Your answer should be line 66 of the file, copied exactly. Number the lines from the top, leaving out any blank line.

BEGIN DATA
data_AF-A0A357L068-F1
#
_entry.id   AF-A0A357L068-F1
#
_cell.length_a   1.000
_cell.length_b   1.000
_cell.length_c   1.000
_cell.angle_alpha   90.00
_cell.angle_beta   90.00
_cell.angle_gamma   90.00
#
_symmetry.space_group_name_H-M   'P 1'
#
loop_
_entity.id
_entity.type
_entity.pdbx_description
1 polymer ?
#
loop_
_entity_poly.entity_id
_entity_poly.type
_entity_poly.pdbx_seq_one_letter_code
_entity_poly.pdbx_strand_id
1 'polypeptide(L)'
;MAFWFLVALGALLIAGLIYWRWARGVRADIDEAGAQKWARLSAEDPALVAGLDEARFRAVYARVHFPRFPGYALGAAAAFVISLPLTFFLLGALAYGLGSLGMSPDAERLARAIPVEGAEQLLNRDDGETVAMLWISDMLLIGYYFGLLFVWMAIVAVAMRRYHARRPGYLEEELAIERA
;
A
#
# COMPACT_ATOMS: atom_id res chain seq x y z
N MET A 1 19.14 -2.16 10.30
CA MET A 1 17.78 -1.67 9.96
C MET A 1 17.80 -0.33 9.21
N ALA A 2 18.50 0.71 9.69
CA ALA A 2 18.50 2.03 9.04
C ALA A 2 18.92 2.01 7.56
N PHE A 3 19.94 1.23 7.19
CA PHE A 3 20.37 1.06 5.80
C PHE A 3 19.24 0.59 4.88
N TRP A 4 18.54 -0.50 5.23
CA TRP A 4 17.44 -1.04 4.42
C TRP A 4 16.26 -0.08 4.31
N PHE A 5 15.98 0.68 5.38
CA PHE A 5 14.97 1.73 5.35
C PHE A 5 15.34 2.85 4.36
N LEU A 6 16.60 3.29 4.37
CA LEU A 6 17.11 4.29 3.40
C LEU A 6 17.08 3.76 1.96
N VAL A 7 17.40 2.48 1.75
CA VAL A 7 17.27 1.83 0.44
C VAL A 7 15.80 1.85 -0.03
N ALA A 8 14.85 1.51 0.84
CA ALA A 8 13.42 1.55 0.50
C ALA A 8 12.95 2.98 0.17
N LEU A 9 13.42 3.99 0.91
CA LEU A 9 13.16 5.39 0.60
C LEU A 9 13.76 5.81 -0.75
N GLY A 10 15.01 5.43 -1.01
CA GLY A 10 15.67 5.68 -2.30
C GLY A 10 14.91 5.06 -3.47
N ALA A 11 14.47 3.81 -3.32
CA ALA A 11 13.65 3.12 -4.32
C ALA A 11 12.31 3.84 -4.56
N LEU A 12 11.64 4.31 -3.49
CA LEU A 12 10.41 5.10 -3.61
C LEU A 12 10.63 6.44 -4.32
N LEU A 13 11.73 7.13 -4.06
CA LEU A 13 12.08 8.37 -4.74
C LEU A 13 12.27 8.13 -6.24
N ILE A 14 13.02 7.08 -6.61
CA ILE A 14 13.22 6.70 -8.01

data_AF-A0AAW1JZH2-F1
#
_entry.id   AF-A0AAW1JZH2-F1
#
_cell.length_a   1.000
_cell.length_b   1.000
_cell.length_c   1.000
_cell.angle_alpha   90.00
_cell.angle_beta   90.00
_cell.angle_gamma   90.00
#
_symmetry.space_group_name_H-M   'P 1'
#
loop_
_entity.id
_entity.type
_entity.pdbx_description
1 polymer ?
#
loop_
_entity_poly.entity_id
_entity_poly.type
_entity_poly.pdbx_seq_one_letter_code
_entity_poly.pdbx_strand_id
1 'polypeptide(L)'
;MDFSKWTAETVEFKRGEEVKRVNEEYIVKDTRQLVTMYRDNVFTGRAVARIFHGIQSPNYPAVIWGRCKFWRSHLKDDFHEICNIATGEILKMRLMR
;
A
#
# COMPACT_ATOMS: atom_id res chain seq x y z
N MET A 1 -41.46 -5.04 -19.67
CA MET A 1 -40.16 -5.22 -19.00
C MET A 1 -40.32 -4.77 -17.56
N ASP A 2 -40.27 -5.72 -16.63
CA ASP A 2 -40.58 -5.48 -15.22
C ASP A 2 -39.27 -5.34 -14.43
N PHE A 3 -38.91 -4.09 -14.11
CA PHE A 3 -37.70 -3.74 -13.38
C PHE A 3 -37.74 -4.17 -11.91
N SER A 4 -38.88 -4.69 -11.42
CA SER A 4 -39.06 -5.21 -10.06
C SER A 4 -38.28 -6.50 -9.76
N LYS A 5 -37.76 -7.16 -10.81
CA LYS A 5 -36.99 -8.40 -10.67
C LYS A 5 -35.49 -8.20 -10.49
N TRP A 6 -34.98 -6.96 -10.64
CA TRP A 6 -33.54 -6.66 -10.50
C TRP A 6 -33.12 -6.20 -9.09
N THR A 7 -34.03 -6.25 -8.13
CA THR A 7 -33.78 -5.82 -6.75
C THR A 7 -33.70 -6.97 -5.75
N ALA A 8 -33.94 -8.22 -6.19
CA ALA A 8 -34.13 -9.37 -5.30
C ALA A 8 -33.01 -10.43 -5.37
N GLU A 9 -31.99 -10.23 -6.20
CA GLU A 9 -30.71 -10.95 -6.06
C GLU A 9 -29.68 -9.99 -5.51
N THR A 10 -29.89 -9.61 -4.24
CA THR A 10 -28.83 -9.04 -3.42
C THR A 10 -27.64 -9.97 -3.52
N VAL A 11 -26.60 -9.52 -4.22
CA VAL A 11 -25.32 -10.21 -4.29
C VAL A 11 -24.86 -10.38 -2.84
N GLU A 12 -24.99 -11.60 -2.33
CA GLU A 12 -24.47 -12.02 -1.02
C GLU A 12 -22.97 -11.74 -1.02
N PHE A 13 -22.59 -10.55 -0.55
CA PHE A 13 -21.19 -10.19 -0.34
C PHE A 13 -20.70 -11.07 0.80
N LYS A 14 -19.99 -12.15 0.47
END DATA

C LEU A 12 10.63 6.44 -4.32